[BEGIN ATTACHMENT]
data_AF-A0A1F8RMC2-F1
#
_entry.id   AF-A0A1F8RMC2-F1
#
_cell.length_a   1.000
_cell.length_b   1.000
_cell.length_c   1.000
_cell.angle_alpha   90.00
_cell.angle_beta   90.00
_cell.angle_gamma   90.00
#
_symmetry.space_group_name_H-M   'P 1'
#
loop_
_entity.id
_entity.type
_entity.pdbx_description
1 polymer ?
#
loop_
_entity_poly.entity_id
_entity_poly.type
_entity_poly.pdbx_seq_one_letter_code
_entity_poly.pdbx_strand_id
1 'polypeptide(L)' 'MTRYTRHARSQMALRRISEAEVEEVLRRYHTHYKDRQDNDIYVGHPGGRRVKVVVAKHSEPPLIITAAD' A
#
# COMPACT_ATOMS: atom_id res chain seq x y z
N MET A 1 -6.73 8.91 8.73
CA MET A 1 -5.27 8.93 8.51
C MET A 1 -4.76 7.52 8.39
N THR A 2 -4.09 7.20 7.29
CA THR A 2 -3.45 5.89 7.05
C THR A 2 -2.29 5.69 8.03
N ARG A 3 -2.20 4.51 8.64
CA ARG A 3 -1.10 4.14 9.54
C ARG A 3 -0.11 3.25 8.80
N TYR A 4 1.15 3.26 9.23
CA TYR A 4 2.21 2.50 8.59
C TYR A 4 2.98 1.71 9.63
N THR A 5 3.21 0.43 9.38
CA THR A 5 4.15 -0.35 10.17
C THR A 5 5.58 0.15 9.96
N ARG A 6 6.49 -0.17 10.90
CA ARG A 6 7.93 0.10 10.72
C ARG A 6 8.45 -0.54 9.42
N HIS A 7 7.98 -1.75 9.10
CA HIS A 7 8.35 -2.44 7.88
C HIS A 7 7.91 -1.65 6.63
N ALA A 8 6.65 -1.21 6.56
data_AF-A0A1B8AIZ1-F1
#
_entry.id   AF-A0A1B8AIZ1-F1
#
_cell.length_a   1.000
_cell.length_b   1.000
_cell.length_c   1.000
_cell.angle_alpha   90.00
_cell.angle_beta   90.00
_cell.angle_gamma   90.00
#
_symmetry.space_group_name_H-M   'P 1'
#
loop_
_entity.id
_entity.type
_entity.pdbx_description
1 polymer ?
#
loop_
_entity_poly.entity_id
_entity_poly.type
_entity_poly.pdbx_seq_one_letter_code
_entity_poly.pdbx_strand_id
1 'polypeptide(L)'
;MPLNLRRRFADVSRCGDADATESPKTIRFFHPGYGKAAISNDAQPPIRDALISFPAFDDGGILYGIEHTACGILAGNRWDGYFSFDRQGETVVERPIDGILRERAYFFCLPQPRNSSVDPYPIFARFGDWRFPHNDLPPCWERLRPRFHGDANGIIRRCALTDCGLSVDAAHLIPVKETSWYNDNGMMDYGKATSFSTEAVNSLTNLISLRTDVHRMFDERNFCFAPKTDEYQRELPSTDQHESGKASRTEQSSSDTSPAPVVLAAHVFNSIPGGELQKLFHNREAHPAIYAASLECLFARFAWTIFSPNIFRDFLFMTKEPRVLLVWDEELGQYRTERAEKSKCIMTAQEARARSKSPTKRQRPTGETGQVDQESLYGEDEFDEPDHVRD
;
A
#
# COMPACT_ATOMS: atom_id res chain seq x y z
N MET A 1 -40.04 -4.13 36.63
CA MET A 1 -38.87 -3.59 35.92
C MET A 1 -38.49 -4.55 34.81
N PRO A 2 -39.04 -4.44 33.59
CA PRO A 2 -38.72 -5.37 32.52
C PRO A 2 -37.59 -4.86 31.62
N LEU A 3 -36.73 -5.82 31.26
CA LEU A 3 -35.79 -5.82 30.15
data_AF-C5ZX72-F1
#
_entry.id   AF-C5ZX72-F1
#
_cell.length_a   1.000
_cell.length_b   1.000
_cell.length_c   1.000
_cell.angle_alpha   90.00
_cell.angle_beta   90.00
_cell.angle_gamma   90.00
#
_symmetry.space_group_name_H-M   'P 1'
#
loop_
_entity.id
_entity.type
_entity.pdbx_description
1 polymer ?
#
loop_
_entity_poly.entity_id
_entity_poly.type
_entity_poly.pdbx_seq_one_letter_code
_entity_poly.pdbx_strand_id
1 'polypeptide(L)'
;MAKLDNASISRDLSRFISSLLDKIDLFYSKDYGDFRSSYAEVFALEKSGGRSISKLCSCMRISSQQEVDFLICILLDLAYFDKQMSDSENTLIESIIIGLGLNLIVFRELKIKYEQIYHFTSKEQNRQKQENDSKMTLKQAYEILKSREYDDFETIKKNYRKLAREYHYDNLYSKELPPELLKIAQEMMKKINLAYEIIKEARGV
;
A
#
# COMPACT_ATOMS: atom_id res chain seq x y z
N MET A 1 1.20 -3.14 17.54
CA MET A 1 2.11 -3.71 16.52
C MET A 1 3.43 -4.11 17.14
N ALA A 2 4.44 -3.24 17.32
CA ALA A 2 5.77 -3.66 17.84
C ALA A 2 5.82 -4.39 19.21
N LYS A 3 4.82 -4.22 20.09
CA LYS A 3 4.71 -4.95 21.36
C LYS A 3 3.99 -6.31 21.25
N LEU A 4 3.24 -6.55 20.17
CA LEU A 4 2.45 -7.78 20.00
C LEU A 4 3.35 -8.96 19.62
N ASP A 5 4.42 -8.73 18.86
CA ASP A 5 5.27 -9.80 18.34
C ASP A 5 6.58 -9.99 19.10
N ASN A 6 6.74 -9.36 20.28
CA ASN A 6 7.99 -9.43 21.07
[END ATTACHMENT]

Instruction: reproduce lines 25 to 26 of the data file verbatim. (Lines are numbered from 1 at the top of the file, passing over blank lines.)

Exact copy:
1 'polypeptide(L)' 'MTRYTRHARSQMALRRISEAEVEEVLRRYHTHYKDRQDNDIYVGHPGGRRVKVVVAKHSEPPLIITAAD' A
#